Summer doesn't officially begin until Monday, but thermometers across Rockdale County have already started to reach uncomfortable heights.
Temperatures reached the upper 90's last weekend and at 3 p.m. on Tuesday the temperature was 95 degrees with a heat index of 102. The national weather service average high temperature for June 15 is eight degrees lower at 87 degrees.
According to the Centers for Disease Control, from 1979-2003 there were 8,015 deaths in the United States due to excessive heat exposure. More people died from extreme heat than other natural disasters such as earthquakes, hurricanes, lightning, tornadoes and floods combined.
However, there are several steps that can be taken to prevent such a tragedy while Rockdale becomes sweltering in these high temperatures.
"The best practice is to limit outdoor work," said Mike Lee, Deputy Chief for the Rockdale County Fire Division. "If you must be outdoors take frequent breaks, drink non-caffeinated and non-alcoholic beverages. Take advantage of available shade."
Also when traveling, don't leave infants, children and pets in a parked car. The CDC says, even with the windows cracked, interior temperatures can rise almost 20 degrees within the first 10 minutes of being left in a vehicle.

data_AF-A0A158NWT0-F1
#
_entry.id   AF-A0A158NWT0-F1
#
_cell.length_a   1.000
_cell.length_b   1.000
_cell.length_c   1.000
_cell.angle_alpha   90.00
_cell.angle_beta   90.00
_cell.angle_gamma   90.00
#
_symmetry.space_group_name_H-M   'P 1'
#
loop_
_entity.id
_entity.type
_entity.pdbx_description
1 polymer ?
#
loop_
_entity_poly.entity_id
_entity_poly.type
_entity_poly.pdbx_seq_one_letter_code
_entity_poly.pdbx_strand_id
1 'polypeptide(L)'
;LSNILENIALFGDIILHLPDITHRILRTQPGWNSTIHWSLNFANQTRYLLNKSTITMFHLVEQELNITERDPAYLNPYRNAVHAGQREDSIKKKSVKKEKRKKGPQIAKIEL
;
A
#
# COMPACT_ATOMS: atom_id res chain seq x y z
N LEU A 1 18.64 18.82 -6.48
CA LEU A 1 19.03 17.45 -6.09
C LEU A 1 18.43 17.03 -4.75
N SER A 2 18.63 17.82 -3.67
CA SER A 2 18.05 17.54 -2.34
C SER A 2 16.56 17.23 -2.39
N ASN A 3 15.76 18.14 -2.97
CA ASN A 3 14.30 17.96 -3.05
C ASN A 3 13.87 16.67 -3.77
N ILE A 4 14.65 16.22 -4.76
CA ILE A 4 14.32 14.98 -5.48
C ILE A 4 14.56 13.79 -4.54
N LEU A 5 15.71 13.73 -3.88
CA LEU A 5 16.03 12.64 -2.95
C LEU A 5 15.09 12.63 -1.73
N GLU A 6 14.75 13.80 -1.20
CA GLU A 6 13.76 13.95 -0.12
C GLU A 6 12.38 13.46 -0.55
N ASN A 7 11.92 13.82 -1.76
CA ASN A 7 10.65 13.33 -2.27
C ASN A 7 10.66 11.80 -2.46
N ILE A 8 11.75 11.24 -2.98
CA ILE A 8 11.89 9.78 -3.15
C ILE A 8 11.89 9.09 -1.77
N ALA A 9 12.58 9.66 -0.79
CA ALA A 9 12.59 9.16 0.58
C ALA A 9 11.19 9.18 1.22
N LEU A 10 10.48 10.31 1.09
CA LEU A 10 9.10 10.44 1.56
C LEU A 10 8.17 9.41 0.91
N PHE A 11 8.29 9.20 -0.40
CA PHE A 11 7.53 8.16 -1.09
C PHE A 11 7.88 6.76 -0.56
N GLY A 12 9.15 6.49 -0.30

Heat Stress Disorders come in three forms: heat cramps, heat exhaustion and heat stroke.
According to an email from Lee, heat cramps "can result if heavy sweating drains a person of salt. Cramps may occur suddenly - at work or after hours." Victims of heat cramps should be moved to a cooler area and cooled down.
Symptoms of heat exhaustion include heavy sweating, cool moist skin, a body temperature above 100.4 degrees, weak pulse and normal or low blood pressure.
"Victims may be tired, weak, clumsy, upset or confused. They are usually very thirsty, panting and may have blurred vision," Lee's email said.
Again it is best to move the victim to a cooler area.
The most immediately severe of the heat stress disorders is heat stroke. Heat stroke occurs when all the water and salt available for sweating has been used.
"Heat stroke can kill," Lee said. "Take anyone in this condition to the hospital immediately."
Also, due to the high heat it is not uncommon for fires to occur during summer weather conditions. Rockdale County remains under a burn ban from May 1st until Oct. 1, as it does each year due to air quality.